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Elizabeth Watts (soprano)
Stéphane Degout (baritone)
London Philharmonic Orchestra and Choir
Recorded live at Southbank Centre’s Royal Festival Hall, London on 4 April 2009
Newly appointed as the London Philharmonic Orchestra’s Principal Guest Conductor after just one appearance with the ensemble, Yannick Nézet-Séguin came to London in April 2009 to conduct Brahms’s profound A German Requiem. He presided over a performance of rare reflection and inevitability at the Royal Festival Hall that prompted an extraordinary silence from a capacity audience. In the young Canadian’s hands, Brahms’s uplifting choral masterpiece is marked by astutely judged tempi, emphasising the drama and the moment and drawing in and immersing the listener into this live concert recording.
‘Under the conspicuously talented Yannick Nezet-Seguin it shone, it thundered, it inspired awe and consolation in equal measure. I can’t honestly remember when it last sounded so all-enveloping...With wonderfully sensitive and articulate singing from the London Philharmonic Choir the fine balance between the work’s deep and abiding compassion and its death-defying exultation was memorably achieved. Awe was duly forthcoming as the mighty cortege of “Denn alles Fleisch, es ist wie Gras” rolled out, low horns and pounding timpani accentuating its black splendour, and those fugal codas were properly rollocking, hopeful affairs – blasts from the past powering towards the future.’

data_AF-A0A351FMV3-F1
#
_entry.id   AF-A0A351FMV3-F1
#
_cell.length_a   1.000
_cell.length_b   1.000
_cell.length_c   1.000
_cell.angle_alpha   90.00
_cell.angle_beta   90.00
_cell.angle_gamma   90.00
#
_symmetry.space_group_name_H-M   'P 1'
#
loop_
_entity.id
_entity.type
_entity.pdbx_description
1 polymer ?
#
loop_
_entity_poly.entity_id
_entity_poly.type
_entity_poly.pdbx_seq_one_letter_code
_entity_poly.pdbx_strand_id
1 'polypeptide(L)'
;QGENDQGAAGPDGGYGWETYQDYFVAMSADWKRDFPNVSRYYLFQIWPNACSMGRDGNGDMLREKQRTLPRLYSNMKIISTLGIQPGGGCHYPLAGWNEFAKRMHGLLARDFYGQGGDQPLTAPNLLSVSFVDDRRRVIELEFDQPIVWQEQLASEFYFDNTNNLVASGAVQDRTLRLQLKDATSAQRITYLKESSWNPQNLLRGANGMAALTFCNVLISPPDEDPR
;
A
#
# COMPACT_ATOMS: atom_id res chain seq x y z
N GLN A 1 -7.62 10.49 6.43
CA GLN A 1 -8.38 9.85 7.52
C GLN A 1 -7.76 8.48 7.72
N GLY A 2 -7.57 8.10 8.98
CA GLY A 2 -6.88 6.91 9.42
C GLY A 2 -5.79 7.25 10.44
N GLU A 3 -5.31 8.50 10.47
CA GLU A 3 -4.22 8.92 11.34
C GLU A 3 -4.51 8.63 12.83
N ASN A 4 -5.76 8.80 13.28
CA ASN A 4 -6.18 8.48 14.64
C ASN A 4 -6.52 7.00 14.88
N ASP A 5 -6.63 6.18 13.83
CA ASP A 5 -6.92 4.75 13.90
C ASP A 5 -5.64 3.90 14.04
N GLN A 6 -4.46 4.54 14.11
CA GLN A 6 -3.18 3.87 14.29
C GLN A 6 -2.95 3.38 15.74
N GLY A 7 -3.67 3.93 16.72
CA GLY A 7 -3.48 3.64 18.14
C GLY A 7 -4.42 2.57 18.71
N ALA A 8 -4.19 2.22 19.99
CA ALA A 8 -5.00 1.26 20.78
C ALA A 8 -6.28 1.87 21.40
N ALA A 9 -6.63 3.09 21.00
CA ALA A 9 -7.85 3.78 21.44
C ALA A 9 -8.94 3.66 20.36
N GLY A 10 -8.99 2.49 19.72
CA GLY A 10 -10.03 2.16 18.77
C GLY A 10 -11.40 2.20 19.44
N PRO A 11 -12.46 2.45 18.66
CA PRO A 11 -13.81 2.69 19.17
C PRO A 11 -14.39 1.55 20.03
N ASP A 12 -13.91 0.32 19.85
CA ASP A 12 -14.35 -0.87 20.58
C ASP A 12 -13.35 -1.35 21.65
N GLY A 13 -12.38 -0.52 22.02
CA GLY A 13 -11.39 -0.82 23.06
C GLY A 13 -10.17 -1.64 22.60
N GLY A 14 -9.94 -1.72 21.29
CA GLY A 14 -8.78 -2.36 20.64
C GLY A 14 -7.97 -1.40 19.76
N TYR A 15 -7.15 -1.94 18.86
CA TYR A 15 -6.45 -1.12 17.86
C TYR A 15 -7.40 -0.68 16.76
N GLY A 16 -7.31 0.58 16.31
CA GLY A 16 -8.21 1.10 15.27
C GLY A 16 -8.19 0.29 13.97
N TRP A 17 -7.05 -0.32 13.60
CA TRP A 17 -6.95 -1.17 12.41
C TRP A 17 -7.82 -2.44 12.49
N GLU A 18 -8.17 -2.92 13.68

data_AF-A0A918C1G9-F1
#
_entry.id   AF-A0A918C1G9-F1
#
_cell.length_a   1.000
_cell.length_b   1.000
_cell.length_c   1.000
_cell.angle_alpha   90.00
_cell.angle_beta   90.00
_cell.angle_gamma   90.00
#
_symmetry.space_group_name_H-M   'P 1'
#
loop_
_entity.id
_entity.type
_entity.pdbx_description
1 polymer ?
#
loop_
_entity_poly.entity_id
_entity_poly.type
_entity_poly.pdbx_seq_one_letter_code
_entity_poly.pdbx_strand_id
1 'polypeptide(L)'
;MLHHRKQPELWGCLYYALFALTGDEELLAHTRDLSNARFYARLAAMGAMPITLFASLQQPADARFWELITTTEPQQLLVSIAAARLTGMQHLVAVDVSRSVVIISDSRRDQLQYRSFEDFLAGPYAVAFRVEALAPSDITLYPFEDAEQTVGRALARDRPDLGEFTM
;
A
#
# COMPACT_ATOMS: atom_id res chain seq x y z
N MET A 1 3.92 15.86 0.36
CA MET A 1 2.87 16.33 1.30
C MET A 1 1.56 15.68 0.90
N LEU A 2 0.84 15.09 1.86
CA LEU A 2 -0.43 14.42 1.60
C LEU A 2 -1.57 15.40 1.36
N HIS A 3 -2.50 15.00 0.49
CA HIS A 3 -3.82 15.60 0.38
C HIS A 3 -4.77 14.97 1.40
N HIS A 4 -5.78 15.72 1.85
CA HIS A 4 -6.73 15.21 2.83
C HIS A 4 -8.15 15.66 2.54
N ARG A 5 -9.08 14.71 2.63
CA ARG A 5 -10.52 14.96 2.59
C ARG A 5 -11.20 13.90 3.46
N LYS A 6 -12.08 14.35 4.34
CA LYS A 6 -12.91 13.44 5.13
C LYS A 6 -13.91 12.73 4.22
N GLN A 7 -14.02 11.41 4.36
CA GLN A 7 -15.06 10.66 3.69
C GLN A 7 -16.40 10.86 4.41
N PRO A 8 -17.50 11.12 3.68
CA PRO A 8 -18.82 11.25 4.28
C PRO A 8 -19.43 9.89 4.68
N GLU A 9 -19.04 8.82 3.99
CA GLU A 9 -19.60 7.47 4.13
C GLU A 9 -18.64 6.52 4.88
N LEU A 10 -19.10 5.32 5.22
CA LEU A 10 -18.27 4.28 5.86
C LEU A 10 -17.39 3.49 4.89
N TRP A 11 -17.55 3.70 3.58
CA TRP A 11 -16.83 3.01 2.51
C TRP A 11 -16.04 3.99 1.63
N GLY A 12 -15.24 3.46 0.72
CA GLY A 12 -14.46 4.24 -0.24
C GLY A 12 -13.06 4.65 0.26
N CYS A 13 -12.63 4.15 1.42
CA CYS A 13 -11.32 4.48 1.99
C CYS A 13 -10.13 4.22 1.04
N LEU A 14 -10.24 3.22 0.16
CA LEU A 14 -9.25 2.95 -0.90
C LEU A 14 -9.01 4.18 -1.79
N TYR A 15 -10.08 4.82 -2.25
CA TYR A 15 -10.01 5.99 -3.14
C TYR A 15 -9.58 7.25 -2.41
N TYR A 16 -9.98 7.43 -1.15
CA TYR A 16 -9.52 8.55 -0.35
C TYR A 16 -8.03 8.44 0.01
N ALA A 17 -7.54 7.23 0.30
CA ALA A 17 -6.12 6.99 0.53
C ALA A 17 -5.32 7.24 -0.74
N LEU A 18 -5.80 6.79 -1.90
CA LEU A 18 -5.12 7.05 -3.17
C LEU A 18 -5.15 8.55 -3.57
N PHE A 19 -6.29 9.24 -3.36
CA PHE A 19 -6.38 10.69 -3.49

The Independent, April 2009
‘The choral singing was wonderfully intense, and soloists Elizabeth Watts and Stéphane Degout were both outstanding. The long silence at its close, which no one dared fracture with applause, was testament to its impact.’
The Guardian, April 2009
“It's an extraordinary interpretation: for one thing, at least in the first two movements, it must be the slowest account I've ever heard...Yet, to be fair, the effect is neither glacial nor too ponderous, but a passionate interpretation of burning sincerity, distinguished by superbly-sustained choral singing and orchestral playing.” BBC Music Magazine, June 2010 ****
“I found so many things to enjoy about this recording...The live-ness, for one...the Royal Festival Hall has somewhat miraculously gained ambience, or at least atmosphere, probably thanks to the tension carefully sustained by the interpretation, and more particularly by the performers.”
Gramophone Magazine, August 2010
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